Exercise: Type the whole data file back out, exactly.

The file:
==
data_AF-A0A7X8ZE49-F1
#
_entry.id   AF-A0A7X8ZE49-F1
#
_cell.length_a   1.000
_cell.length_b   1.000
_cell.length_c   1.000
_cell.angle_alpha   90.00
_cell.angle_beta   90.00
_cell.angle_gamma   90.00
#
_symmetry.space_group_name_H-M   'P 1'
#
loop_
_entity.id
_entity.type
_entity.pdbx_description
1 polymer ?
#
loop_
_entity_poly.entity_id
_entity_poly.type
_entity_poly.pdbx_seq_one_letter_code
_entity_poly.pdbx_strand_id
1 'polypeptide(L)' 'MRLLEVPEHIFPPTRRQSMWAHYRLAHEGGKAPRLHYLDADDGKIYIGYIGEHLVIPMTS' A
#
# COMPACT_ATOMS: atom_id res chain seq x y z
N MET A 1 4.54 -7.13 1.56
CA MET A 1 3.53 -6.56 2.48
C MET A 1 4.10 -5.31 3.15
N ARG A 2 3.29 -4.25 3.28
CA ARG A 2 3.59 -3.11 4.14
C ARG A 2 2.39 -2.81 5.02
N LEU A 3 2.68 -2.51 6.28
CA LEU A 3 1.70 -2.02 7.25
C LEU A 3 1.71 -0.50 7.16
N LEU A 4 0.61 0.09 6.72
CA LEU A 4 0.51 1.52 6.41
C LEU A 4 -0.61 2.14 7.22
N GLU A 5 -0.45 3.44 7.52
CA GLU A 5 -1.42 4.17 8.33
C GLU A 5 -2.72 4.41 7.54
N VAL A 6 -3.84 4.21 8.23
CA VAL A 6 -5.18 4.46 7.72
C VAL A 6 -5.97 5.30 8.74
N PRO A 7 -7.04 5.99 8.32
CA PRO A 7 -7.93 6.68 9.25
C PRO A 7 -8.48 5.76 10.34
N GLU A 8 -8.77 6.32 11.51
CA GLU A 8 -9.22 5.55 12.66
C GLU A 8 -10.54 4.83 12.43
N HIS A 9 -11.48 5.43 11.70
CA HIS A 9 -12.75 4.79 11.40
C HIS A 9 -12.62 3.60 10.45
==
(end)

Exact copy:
data_AF-A0A7X8ZE49-F1
#
_entry.id   AF-A0A7X8ZE49-F1
#
_cell.length_a   1.000
_cell.length_b   1.000
_cell.length_c   1.000
_cell.angle_alpha   90.00
_cell.angle_beta   90.00
_cell.angle_gamma   90.00
#
_symmetry.space_group_name_H-M   'P 1'
#
loop_
_entity.id
_entity.type
_entity.pdbx_description
1 polymer ?
#
loop_
_entity_poly.entity_id
_entity_poly.type
_entity_poly.pdbx_seq_one_letter_code
_entity_poly.pdbx_strand_id
1 'polypeptide(L)' 'MRLLEVPEHIFPPTRRQSMWAHYRLAHEGGKAPRLHYLDADDGKIYIGYIGEHLVIPMTS' A
#
# COMPACT_ATOMS: atom_id res chain seq x y z
N MET A 1 4.54 -7.13 1.56
CA MET A 1 3.53 -6.56 2.48
C MET A 1 4.10 -5.31 3.15
N ARG A 2 3.29 -4.25 3.28
CA ARG A 2 3.59 -3.11 4.14
C ARG A 2 2.39 -2.81 5.02
N LEU A 3 2.68 -2.51 6.28
CA LEU A 3 1.70 -2.02 7.25
C LEU A 3 1.71 -0.50 7.16
N LEU A 4 0.61 0.09 6.72
CA LEU A 4 0.51 1.52 6.41
C LEU A 4 -0.61 2.14 7.22
N GLU A 5 -0.45 3.44 7.52
CA GLU A 5 -1.42 4.17 8.33
C GLU A 5 -2.72 4.41 7.54
N VAL A 6 -3.84 4.21 8.23
CA VAL A 6 -5.18 4.46 7.72
C VAL A 6 -5.97 5.30 8.74
N PRO A 7 -7.04 5.99 8.32
CA PRO A 7 -7.93 6.68 9.25
C PRO A 7 -8.48 5.76 10.34
N GLU A 8 -8.77 6.32 11.51
CA GLU A 8 -9.22 5.55 12.66
C GLU A 8 -10.54 4.83 12.43
N HIS A 9 -11.48 5.43 11.70
CA HIS A 9 -12.75 4.79 11.40
C HIS A 9 -12.62 3.60 10.45